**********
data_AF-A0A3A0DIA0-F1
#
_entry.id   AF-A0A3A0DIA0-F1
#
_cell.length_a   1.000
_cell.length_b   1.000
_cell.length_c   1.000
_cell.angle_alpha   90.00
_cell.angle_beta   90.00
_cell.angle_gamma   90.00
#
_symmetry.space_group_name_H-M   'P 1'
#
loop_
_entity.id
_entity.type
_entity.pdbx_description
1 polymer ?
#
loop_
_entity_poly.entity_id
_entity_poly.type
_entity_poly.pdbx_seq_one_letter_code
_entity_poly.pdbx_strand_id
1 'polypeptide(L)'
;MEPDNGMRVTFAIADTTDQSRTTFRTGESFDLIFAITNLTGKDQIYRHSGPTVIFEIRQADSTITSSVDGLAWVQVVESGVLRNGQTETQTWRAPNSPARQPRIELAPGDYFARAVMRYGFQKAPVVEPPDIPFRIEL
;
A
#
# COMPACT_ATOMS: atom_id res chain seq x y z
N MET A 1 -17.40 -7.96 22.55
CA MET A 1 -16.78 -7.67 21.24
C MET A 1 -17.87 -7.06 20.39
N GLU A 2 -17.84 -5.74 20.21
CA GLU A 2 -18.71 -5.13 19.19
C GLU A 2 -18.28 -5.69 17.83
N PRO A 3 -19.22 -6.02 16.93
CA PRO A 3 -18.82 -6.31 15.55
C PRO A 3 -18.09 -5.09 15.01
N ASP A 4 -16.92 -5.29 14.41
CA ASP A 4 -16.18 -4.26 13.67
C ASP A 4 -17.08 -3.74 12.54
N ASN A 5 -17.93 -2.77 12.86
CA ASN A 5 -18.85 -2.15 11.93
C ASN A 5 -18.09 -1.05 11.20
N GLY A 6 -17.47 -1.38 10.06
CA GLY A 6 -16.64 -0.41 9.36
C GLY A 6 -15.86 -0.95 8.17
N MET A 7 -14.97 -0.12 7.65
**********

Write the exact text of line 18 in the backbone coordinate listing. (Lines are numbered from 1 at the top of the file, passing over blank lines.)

1 polymer ?